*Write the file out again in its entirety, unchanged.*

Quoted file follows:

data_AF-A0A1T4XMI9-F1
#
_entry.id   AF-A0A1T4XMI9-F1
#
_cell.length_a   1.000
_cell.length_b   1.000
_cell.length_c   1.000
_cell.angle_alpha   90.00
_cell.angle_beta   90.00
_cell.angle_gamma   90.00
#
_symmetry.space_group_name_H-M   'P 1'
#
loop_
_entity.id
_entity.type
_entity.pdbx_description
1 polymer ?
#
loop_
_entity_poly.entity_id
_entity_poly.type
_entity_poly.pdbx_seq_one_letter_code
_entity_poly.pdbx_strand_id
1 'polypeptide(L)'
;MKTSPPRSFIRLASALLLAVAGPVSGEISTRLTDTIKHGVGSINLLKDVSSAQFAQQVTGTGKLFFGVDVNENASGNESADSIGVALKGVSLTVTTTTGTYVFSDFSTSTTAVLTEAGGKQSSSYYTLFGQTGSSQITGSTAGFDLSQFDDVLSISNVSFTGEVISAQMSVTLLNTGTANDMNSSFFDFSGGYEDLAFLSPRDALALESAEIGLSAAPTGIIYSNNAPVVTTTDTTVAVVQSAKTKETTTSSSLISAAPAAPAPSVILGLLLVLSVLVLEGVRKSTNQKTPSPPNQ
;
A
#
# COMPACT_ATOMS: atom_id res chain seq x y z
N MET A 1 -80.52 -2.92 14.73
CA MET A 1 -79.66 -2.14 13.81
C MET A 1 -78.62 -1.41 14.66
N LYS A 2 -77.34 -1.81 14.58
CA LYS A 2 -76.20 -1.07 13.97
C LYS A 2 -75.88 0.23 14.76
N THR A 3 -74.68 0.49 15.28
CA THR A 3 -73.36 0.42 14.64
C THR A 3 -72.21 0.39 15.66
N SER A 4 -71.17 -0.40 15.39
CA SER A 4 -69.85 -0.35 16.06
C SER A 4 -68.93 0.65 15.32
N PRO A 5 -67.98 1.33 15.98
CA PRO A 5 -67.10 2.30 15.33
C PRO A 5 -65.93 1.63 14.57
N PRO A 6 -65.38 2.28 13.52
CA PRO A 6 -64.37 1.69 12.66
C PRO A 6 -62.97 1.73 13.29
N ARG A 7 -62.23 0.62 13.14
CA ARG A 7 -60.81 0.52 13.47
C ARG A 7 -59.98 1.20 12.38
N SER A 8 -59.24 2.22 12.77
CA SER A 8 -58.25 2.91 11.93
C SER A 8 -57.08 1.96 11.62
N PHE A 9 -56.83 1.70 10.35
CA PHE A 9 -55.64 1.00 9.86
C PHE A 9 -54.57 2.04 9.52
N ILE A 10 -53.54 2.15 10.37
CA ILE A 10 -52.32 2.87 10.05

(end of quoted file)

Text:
data_AF-A0A1T4XMI9-F1
#
_entry.id   AF-A0A1T4XMI9-F1
#
_cell.length_a   1.000
_cell.length_b   1.000
_cell.length_c   1.000
_cell.angle_alpha   90.00
_cell.angle_beta   90.00
_cell.angle_gamma   90.00
#
_symmetry.space_group_name_H-M   'P 1'
#
loop_
_entity.id
_entity.type
_entity.pdbx_description
1 polymer ?
#
loop_
_entity_poly.entity_id
_entity_poly.type
_entity_poly.pdbx_seq_one_letter_code
_entity_poly.pdbx_strand_id
1 'polypeptide(L)'
;MKTSPPRSFIRLASALLLAVAGPVSGEISTRLTDTIKHGVGSINLLKDVSSAQFAQQVTGTGKLFFGVDVNENASGNESADSIGVALKGVSLTVTTTTGTYVFSDFSTSTTAVLTEAGGKQSSSYYTLFGQTGSSQITGSTAGFDLSQFDDVLSISNVSFTGEVISAQMSVTLLNTGTANDMNSSFFDFSGGYEDLAFLSPRDALALESAEIGLSAAPTGIIYSNNAPVVTTTDTTVAVVQSAKTKETTTSSSLISAAPAAPAPSVILGLLLVLSVLVLEGVRKSTNQKTPSPPNQ
;
A
#
# COMPACT_ATOMS: atom_id res chain seq x y z
N MET A 1 -80.52 -2.92 14.73
CA MET A 1 -79.66 -2.14 13.81
C MET A 1 -78.62 -1.41 14.66
N LYS A 2 -77.34 -1.81 14.58
CA LYS A 2 -76.20 -1.07 13.97
C LYS A 2 -75.88 0.23 14.76
N THR A 3 -74.68 0.49 15.28
CA THR A 3 -73.36 0.42 14.64
C THR A 3 -72.21 0.39 15.66
N SER A 4 -71.17 -0.40 15.39
CA SER A 4 -69.85 -0.35 16.06
C SER A 4 -68.93 0.65 15.32
N PRO A 5 -67.98 1.33 15.98
CA PRO A 5 -67.10 2.30 15.33
C PRO A 5 -65.93 1.63 14.57
N PRO A 6 -65.38 2.28 13.52
CA PRO A 6 -64.37 1.69 12.66
C PRO A 6 -62.97 1.73 13.29
N ARG A 7 -62.23 0.62 13.14
CA ARG A 7 -60.81 0.52 13.47
C ARG A 7 -59.98 1.20 12.38
N SER A 8 -59.24 2.22 12.77
CA SER A 8 -58.25 2.91 11.93
C SER A 8 -57.08 1.96 11.62
N PHE A 9 -56.83 1.70 10.35
CA PHE A 9 -55.64 1.00 9.86
C PHE A 9 -54.57 2.04 9.52
N ILE A 10 -53.54 2.15 10.37
CA ILE A 10 -52.32 2.87 10.05